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Judge rules Senate GOP subpoena of 2.1 million ballots is valid, enforceable

By Ben Giles
Published: Friday, February 26, 2021 - 11:35am
Updated: Wednesday, February 9, 2022 - 3:40pm

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A judge ruled that Arizona Senate Republicans can have access to 2.1 million ballots cast in Maricopa County during the 2020 general election.

The ruling by Maricopa County Superior Court Judge Timothy Thomanson sides with the senators, who claimed they have legislative authority to issue subpoenas for ballots and other voting records that the county Board of Supervisors had refused to hand over.

Attorneys for Maricopa County argued the Senate’s multiple subpoenas weren’t issued for a valid purpose and conflicted with state laws protecting the confidentiality of ballots. Attorneys argued that Senate President Karen Fann (R-Prescott) was trying to “perform a private recount” of the 2020 presidential election and cited her own comments as evidence that a recount, not an audit, was the true purpose of the subpoenas.

Thomanson avoided weighing in on Senate Republicans’ motivations, though he lamented that county supervisors and senators had not worked together to find a compromise, and instead had fallen into a political dispute ripe with “name calling” and “threats.”

That feud came to a head with a Senate vote on a resolution to hold the supervisors in contempt — a resolution that came with a threat to arrest the supervisors and prosecute them for failing to comply with the subpoena. The resolution failed to pass by one vote.

“This Court is not in a position to determine if the ‘real’ purpose of the subpoenas is to try to ‘overturn’ the result of the election,” the judge wrote. “Even if one of the original purposes of the 2020 subpoenas was to see if the election could somehow be challenged, there still is a perfectly valid legislative purpose for the subpoenas”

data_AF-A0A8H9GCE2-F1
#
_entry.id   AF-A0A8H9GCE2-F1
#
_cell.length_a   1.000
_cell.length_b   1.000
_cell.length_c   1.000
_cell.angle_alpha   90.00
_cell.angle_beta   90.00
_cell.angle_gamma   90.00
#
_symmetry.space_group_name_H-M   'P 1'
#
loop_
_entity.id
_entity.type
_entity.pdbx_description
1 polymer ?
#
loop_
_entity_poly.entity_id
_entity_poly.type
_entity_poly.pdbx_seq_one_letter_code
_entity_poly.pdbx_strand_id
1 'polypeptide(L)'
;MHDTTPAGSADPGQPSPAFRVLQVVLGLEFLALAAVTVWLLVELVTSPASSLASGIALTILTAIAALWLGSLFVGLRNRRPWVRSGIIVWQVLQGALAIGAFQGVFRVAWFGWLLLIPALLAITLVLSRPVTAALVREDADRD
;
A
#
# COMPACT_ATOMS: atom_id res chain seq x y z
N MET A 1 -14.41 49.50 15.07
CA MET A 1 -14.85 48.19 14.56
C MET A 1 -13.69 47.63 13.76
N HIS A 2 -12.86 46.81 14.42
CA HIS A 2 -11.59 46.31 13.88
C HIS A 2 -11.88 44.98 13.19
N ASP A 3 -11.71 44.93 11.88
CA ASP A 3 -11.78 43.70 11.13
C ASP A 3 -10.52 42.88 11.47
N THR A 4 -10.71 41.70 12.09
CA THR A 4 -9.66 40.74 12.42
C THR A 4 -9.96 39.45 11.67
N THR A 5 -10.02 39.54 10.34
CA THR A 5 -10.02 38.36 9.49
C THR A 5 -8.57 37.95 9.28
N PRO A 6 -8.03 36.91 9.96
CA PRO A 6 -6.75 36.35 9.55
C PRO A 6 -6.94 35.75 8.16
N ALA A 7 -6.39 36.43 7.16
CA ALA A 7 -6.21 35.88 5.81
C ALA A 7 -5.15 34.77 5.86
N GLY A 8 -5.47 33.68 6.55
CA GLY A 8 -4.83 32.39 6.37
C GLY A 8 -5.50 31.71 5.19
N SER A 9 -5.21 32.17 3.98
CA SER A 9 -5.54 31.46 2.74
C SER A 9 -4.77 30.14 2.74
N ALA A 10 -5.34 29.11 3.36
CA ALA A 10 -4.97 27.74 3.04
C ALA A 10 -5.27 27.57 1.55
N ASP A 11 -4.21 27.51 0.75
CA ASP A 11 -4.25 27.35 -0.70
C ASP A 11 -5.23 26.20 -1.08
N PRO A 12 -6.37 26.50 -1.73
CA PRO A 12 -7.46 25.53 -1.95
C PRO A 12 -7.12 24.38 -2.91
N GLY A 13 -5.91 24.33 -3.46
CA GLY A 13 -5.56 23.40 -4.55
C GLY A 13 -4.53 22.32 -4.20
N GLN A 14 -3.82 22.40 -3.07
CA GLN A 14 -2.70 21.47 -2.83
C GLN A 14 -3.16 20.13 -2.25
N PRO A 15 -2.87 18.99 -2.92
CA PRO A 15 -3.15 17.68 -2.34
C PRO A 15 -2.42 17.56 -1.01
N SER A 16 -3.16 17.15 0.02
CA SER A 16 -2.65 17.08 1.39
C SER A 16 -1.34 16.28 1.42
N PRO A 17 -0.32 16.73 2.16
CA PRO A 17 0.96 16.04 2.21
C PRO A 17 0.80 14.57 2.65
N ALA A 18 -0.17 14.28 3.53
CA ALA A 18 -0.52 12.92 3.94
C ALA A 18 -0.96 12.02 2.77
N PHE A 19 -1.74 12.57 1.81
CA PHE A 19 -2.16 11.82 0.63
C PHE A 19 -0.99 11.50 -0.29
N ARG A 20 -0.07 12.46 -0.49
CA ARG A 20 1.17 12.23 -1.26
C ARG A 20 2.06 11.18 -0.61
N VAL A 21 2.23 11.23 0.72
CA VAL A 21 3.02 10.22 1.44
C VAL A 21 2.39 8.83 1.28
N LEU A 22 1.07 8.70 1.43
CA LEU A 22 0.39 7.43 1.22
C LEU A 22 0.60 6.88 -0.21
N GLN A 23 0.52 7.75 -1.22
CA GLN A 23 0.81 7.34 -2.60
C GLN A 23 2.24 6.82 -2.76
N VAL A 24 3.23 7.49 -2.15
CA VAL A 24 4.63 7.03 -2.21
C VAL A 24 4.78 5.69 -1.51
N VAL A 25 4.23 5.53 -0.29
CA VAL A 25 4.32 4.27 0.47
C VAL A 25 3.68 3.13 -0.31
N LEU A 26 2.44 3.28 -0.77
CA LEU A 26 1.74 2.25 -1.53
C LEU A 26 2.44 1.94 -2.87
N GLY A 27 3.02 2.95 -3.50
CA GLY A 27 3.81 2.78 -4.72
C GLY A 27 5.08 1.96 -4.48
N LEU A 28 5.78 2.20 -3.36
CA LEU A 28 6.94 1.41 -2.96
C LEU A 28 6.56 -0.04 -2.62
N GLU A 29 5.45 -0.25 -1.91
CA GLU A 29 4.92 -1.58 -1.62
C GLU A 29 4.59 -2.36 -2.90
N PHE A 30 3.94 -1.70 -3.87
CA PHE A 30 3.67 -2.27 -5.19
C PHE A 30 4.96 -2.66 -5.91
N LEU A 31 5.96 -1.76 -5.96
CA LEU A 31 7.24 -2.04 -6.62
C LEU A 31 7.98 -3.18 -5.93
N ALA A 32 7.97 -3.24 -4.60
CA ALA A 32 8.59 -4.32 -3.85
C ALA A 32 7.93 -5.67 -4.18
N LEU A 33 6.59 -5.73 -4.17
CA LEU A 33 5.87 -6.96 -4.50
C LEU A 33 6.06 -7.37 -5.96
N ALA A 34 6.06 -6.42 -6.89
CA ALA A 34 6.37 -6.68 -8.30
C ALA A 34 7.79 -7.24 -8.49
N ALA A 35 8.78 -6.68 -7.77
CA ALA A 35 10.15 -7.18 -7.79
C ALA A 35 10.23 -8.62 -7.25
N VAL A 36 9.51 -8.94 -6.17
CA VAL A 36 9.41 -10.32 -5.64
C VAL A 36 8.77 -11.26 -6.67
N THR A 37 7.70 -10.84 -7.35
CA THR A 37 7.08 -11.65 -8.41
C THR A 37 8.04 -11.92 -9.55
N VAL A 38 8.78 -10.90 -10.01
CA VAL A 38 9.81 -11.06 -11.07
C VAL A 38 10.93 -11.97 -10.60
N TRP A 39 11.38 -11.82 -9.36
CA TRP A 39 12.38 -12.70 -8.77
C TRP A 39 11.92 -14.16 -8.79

Thomanson cited Senate Republicans’ stated purpose — using data from an audit to evaluate the accuracy and efficacy of Maricopa County’s vote-counting process, with an eye towards changing laws to improve the election system — as that “valid legislative purpose.”

The judge also dismissed concerns that handing over the ballots would violate a state law requiring county officials to keep them under seal following the election. 

That statute doesn’t immunize the ballots from subpoena as county attorneys claimed, Thomanson wrote.

“Confidentiality statutes do not prevent ballots and associated materials from being provided to government officials. Rather, these statutes are intended to prevent disclosure of information to the public,” he wrote. “All government officials are obligated to follow the law and comply with confidentiality statutes. This, of course, includes the Senators.”

While Thomanson’s ruling makes it clear the subpoenas were valid and enforceable, the judge also stated he won’t be the one doing the enforcing.

“This Court has serious concerns about whether it has jurisdiction to enforce the subpoenas and the senators have not asked the Court to issue an order enforcing the subpoenas,” Thomanson wrote.

Sen. Warren Petersen (R-Gilbert) tweeted that the judge’s order should settle the matter and result in the county handing over voting records.

“County said they needed a court order to comply with the subpoena. They got it,” Petersen wrote. “If they appeal the ruling they show the world they are pathological liars.”

However, it appears the county won’t put up a fight anymore.

Supervisors have repeatedly stated they would comply with the subpoena’s demand for ballots under court order. After meeting with county attorneys, Chairman Jack Sellers announced the supervisors would keep their word. In a statement, Sellers said the ruling “brings clarity” on the application of a state law meant to keep ballots private following the election.

“We respect his legal opinion and will immediately start working to provide the Arizona Senate with the ballots and other materials,” Sellers said.

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